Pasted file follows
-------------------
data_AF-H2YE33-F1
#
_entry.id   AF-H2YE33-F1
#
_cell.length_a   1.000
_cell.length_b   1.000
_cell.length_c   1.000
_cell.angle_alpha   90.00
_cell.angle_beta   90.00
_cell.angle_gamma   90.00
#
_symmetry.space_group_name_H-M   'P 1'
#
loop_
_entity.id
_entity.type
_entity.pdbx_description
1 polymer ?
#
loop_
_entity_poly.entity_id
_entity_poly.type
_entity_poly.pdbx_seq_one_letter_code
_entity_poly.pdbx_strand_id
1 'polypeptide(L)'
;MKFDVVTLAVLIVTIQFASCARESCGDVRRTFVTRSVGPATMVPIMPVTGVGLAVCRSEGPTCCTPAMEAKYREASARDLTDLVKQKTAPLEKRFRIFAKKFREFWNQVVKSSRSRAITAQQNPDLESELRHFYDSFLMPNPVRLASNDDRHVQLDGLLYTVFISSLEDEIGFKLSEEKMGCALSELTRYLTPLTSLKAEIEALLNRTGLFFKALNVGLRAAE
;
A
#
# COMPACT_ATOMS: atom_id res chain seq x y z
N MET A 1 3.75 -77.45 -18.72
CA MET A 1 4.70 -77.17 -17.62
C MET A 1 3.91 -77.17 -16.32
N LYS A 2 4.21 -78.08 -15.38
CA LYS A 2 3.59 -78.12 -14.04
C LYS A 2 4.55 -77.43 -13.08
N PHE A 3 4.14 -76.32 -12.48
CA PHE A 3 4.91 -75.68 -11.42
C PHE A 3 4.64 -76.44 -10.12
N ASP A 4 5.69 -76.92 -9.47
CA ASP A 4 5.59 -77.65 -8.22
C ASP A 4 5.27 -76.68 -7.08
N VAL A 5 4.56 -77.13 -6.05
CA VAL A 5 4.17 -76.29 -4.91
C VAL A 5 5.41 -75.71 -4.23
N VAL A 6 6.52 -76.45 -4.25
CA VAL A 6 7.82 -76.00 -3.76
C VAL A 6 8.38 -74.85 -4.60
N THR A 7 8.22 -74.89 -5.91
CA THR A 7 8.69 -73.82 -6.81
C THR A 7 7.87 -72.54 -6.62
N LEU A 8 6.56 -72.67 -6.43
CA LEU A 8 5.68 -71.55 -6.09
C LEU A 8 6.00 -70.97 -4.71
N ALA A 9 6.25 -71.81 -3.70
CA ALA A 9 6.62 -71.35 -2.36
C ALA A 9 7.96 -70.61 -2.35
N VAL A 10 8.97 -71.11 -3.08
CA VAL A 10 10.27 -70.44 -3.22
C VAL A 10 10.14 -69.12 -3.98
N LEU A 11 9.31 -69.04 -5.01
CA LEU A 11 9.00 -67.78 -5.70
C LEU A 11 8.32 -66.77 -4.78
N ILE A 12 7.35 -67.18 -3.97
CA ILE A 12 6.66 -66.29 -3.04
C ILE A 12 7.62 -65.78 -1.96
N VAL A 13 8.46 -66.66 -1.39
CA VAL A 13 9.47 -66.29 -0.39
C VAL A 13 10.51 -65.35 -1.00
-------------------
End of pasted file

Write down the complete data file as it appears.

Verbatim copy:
data_AF-H2YE33-F1
#
_entry.id   AF-H2YE33-F1
#
_cell.length_a   1.000
_cell.length_b   1.000
_cell.length_c   1.000
_cell.angle_alpha   90.00
_cell.angle_beta   90.00
_cell.angle_gamma   90.00
#
_symmetry.space_group_name_H-M   'P 1'
#
loop_
_entity.id
_entity.type
_entity.pdbx_description
1 polymer ?
#
loop_
_entity_poly.entity_id
_entity_poly.type
_entity_poly.pdbx_seq_one_letter_code
_entity_poly.pdbx_strand_id
1 'polypeptide(L)'
;MKFDVVTLAVLIVTIQFASCARESCGDVRRTFVTRSVGPATMVPIMPVTGVGLAVCRSEGPTCCTPAMEAKYREASARDLTDLVKQKTAPLEKRFRIFAKKFREFWNQVVKSSRSRAITAQQNPDLESELRHFYDSFLMPNPVRLASNDDRHVQLDGLLYTVFISSLEDEIGFKLSEEKMGCALSELTRYLTPLTSLKAEIEALLNRTGLFFKALNVGLRAAE
;
A
#
# COMPACT_ATOMS: atom_id res chain seq x y z
N MET A 1 3.75 -77.45 -18.72
CA MET A 1 4.70 -77.17 -17.62
C MET A 1 3.91 -77.17 -16.32
N LYS A 2 4.21 -78.08 -15.38
CA LYS A 2 3.59 -78.12 -14.04
C LYS A 2 4.55 -77.43 -13.08
N PHE A 3 4.14 -76.32 -12.48
CA PHE A 3 4.91 -75.68 -11.42
C PHE A 3 4.64 -76.44 -10.12
N ASP A 4 5.69 -76.92 -9.47
CA ASP A 4 5.59 -77.65 -8.22
C ASP A 4 5.27 -76.68 -7.08
N VAL A 5 4.56 -77.13 -6.05
CA VAL A 5 4.17 -76.29 -4.91
C VAL A 5 5.41 -75.71 -4.23
N VAL A 6 6.52 -76.45 -4.25
CA VAL A 6 7.82 -76.00 -3.76
C VAL A 6 8.38 -74.85 -4.60
N THR A 7 8.22 -74.89 -5.91
CA THR A 7 8.69 -73.82 -6.81
C THR A 7 7.87 -72.54 -6.62
N LEU A 8 6.56 -72.67 -6.43
CA LEU A 8 5.68 -71.55 -6.09
C LEU A 8 6.00 -70.97 -4.71
N ALA A 9 6.25 -71.81 -3.70
CA ALA A 9 6.62 -71.35 -2.36
C ALA A 9 7.96 -70.61 -2.35
N VAL A 10 8.97 -71.11 -3.08
CA VAL A 10 10.27 -70.44 -3.22
C VAL A 10 10.14 -69.12 -3.98
N LEU A 11 9.31 -69.04 -5.01
CA LEU A 11 9.00 -67.78 -5.70
C LEU A 11 8.32 -66.77 -4.78
N ILE A 12 7.35 -67.18 -3.97
CA ILE A 12 6.66 -66.29 -3.04
C ILE A 12 7.62 -65.78 -1.96
N VAL A 13 8.46 -66.66 -1.39
CA VAL A 13 9.47 -66.29 -0.39
C VAL A 13 10.51 -65.35 -1.00